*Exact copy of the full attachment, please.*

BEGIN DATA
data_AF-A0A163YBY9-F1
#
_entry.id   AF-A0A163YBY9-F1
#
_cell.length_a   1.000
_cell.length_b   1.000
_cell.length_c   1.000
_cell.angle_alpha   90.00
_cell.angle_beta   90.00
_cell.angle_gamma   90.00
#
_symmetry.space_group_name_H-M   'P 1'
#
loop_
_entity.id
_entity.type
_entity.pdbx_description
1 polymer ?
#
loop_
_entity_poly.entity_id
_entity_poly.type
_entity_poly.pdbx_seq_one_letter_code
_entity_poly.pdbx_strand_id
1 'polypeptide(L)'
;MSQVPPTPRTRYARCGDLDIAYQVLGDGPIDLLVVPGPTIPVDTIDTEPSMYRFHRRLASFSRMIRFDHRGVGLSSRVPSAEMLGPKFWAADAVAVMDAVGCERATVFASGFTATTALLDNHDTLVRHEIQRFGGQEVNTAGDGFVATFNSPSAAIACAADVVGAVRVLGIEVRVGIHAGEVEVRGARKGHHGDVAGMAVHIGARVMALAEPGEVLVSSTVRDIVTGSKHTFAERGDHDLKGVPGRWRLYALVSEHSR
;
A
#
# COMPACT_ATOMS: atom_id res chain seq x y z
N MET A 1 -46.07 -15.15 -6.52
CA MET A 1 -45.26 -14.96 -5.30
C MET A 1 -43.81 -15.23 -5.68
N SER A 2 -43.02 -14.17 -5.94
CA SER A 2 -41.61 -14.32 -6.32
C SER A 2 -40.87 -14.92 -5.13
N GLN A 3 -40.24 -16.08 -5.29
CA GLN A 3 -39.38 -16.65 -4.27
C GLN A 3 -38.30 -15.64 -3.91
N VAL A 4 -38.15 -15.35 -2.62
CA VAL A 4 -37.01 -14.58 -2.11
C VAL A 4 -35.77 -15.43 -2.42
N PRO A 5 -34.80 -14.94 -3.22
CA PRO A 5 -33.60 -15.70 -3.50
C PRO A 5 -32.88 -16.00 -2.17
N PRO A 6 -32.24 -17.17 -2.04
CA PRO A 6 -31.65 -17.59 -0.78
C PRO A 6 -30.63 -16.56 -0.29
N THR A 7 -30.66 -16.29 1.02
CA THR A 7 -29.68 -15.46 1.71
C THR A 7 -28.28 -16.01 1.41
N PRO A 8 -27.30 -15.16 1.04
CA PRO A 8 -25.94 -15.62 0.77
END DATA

data_AF-A0A163YBY9-F1
#
_entry.id   AF-A0A163YBY9-F1
#
_cell.length_a   1.000
_cell.length_b   1.000
_cell.length_c   1.000
_cell.angle_alpha   90.00
_cell.angle_beta   90.00
_cell.angle_gamma   90.00
#
_symmetry.space_group_name_H-M   'P 1'
#
loop_
_entity.id
_entity.type
_entity.pdbx_description
1 polymer ?
#
loop_
_entity_poly.entity_id
_entity_poly.type
_entity_poly.pdbx_seq_one_letter_code
_entity_poly.pdbx_strand_id
1 'polypeptide(L)'
;MSQVPPTPRTRYARCGDLDIAYQVLGDGPIDLLVVPGPTIPVDTIDTEPSMYRFHRRLASFSRMIRFDHRGVGLSSRVPSAEMLGPKFWAADAVAVMDAVGCERATVFASGFTATTALLDNHDTLVRHEIQRFGGQEVNTAGDGFVATFNSPSAAIACAADVVGAVRVLGIEVRVGIHAGEVEVRGARKGHHGDVAGMAVHIGARVMALAEPGEVLVSSTVRDIVTGSKHTFAERGDHDLKGVPGRWRLYALVSEHSR
;
A
#
# COMPACT_ATOMS: atom_id res chain seq x y z
N MET A 1 -46.07 -15.15 -6.52
CA MET A 1 -45.26 -14.96 -5.30
C MET A 1 -43.81 -15.23 -5.68
N SER A 2 -43.02 -14.17 -5.94
CA SER A 2 -41.61 -14.32 -6.32
C SER A 2 -40.87 -14.92 -5.13
N GLN A 3 -40.24 -16.08 -5.29
CA GLN A 3 -39.38 -16.65 -4.27
C GLN A 3 -38.30 -15.64 -3.91
N VAL A 4 -38.15 -15.35 -2.62
CA VAL A 4 -37.01 -14.58 -2.11
C VAL A 4 -35.77 -15.43 -2.42
N PRO A 5 -34.80 -14.94 -3.22
CA PRO A 5 -33.60 -15.70 -3.50
C PRO A 5 -32.88 -16.00 -2.17
N PRO A 6 -32.24 -17.17 -2.04
CA PRO A 6 -31.65 -17.59 -0.78
C PRO A 6 -30.63 -16.56 -0.29
N THR A 7 -30.66 -16.29 1.02
CA THR A 7 -29.68 -15.46 1.71
C THR A 7 -28.28 -16.01 1.41
N PRO A 8 -27.30 -15.16 1.04
CA PRO A 8 -25.94 -15.62 0.77